Tuesday, 28 June 2016

Grupo Ramo, Brazil 2009 [no download]





This album is by far the best chamber progressive fusion CD I have heard from the current era, hence no download today.  I am completely shocked and dismayed that it has passed 'under the radar' with apparently no one knowing about it, and moreover, the CD itself is now incredibly hard to purchase!  There is no justice in this particular subsection of the art world...  The beauty of these compositions, the care and tenderness the artists put into their work, the perfection of the whole, are truly insurmountable at their peak in Parnassos.  In some ways it recalls to me the lineage of Gotic and Kotebel (particularly their Structures --highly recommended too), but with more classical education, almost an infinity of it in fact.

I'll present four samples, in my opinion the best compositions, to get an idea.  I 'm not sure where the official CD purchase page is which I would direct you to, maybe someone could help me there.  Note the sparsity even of the RYM page here.  So far as I know, they are not even entered on discogs.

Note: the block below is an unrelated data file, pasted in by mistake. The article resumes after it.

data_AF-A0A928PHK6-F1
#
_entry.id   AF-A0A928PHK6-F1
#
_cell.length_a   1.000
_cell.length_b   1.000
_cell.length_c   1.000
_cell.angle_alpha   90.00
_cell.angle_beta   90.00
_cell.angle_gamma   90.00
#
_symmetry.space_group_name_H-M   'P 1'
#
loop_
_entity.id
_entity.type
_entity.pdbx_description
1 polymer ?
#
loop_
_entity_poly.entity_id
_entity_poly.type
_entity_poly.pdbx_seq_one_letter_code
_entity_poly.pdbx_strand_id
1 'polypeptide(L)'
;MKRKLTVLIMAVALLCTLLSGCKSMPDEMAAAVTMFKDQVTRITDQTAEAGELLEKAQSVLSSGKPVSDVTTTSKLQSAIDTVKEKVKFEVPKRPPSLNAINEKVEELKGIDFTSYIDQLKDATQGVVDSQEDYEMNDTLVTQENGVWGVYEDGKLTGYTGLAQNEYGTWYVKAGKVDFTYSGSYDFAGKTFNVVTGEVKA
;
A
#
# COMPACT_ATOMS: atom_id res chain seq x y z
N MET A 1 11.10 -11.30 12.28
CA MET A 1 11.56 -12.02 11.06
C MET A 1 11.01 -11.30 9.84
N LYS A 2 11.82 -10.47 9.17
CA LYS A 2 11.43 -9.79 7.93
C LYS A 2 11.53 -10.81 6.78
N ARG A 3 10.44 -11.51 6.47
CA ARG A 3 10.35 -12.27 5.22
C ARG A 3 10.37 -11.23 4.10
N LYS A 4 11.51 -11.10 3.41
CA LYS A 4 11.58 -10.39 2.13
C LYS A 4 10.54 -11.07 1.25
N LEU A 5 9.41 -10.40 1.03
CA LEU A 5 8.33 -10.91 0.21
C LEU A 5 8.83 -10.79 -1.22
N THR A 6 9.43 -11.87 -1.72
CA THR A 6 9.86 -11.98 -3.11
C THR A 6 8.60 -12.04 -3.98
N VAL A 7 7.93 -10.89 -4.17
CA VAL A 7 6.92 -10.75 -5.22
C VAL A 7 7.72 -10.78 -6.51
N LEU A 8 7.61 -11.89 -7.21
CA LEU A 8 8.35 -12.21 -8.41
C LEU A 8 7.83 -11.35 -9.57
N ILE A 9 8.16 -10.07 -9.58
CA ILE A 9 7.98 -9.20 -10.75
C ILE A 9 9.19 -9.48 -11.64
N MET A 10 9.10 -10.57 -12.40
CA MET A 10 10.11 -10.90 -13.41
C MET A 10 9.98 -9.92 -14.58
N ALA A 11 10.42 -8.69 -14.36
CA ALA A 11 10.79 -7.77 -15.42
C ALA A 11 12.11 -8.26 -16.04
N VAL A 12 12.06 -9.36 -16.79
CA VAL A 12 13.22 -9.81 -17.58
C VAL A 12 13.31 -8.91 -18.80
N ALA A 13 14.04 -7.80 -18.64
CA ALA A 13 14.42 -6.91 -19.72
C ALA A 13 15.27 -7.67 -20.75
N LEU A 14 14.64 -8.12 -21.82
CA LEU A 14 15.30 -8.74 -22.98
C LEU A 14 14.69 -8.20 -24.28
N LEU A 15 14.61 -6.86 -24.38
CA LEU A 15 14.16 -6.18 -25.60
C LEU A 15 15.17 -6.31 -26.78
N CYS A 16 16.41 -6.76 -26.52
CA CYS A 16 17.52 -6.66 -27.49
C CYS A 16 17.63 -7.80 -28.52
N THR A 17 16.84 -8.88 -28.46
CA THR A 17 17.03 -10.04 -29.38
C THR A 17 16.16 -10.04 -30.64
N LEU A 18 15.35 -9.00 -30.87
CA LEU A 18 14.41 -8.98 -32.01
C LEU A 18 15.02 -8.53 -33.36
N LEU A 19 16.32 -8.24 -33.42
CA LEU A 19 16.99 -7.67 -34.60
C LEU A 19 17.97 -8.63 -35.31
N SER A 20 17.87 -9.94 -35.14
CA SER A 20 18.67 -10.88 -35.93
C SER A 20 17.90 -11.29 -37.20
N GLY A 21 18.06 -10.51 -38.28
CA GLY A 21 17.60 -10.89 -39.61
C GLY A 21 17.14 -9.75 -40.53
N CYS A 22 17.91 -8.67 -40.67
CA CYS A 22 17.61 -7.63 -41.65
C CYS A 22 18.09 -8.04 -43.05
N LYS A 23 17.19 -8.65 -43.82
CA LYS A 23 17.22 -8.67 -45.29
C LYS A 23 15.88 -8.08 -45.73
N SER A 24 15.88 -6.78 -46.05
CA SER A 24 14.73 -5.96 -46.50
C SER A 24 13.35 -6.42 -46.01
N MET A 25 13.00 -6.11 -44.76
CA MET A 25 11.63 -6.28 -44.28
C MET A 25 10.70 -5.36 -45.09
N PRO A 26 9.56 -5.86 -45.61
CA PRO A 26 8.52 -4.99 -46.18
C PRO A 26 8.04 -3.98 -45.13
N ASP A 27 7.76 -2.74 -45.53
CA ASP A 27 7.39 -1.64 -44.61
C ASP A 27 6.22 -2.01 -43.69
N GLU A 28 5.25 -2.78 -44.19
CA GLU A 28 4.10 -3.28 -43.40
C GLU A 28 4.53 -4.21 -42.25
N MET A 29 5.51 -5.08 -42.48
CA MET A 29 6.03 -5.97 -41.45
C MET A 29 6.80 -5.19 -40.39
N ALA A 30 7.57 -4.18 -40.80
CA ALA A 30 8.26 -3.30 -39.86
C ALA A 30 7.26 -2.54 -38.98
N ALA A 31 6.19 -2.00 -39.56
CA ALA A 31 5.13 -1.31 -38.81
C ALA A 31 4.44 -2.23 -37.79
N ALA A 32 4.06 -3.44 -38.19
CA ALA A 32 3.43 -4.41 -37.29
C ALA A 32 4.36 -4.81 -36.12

Musicians:

Daniel Pantoja (flutes)
Felipe José (cello, flute, guitar)
Rafael Martini (piano, guitar)
Frederico Heliodoro (bass)
Antonio Loureiro (drums)

Samples (check upper right).

Here are my observations...

Mosquito (obviously not dedicated to the Zika virus??)





Just a beautiful chamber jazz composition, perhaps recalling Argentinian Alas as well in their best and most creative moments.  (Didn't they also do a mosquito song?)